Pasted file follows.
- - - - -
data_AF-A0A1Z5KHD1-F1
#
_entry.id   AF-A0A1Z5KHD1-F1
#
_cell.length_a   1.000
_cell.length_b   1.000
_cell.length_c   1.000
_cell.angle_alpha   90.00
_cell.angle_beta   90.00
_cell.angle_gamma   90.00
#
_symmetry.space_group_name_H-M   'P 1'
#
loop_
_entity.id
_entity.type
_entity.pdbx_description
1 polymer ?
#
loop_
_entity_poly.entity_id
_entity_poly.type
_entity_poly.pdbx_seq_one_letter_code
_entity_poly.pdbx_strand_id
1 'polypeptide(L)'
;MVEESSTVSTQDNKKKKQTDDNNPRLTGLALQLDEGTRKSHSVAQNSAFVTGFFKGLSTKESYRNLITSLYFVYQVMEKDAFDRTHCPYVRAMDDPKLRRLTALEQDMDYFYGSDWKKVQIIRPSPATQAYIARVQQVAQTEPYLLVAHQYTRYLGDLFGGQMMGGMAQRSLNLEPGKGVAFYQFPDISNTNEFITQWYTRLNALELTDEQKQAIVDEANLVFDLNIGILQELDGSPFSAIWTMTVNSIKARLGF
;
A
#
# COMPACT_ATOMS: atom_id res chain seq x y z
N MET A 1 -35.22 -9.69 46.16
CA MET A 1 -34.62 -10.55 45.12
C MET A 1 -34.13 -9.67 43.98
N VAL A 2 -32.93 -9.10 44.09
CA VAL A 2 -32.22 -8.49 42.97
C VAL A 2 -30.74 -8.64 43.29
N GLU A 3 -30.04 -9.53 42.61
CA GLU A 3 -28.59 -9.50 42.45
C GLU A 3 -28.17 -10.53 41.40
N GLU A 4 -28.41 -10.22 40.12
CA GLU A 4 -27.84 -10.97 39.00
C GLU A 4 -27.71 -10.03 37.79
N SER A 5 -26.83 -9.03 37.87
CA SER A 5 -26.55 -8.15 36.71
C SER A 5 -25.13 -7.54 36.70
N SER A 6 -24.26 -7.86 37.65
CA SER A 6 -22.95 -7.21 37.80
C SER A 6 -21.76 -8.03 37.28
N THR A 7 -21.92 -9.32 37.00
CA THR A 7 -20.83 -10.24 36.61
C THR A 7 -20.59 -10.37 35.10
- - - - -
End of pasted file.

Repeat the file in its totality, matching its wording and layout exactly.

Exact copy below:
data_AF-A0A1Z5KHD1-F1
#
_entry.id   AF-A0A1Z5KHD1-F1
#
_cell.length_a   1.000
_cell.length_b   1.000
_cell.length_c   1.000
_cell.angle_alpha   90.00
_cell.angle_beta   90.00
_cell.angle_gamma   90.00
#
_symmetry.space_group_name_H-M   'P 1'
#
loop_
_entity.id
_entity.type
_entity.pdbx_description
1 polymer ?
#
loop_
_entity_poly.entity_id
_entity_poly.type
_entity_poly.pdbx_seq_one_letter_code
_entity_poly.pdbx_strand_id
1 'polypeptide(L)'
;MVEESSTVSTQDNKKKKQTDDNNPRLTGLALQLDEGTRKSHSVAQNSAFVTGFFKGLSTKESYRNLITSLYFVYQVMEKDAFDRTHCPYVRAMDDPKLRRLTALEQDMDYFYGSDWKKVQIIRPSPATQAYIARVQQVAQTEPYLLVAHQYTRYLGDLFGGQMMGGMAQRSLNLEPGKGVAFYQFPDISNTNEFITQWYTRLNALELTDEQKQAIVDEANLVFDLNIGILQELDGSPFSAIWTMTVNSIKARLGF
;
A
#
# COMPACT_ATOMS: atom_id res chain seq x y z
N MET A 1 -35.22 -9.69 46.16
CA MET A 1 -34.62 -10.55 45.12
C MET A 1 -34.13 -9.67 43.98
N VAL A 2 -32.93 -9.10 44.09
CA VAL A 2 -32.22 -8.49 42.97
C VAL A 2 -30.74 -8.64 43.29
N GLU A 3 -30.04 -9.53 42.61
CA GLU A 3 -28.59 -9.50 42.45
C GLU A 3 -28.17 -10.53 41.40
N GLU A 4 -28.41 -10.22 40.12
CA GLU A 4 -27.84 -10.97 39.00
C GLU A 4 -27.71 -10.03 37.79
N SER A 5 -26.83 -9.03 37.87
CA SER A 5 -26.55 -8.15 36.71
C SER A 5 -25.13 -7.54 36.70
N SER A 6 -24.26 -7.86 37.65
CA SER A 6 -22.95 -7.21 37.80
C SER A 6 -21.76 -8.03 37.28
N THR A 7 -21.92 -9.32 37.00
CA THR A 7 -20.83 -10.24 36.61
C THR A 7 -20.59 -10.37 35.10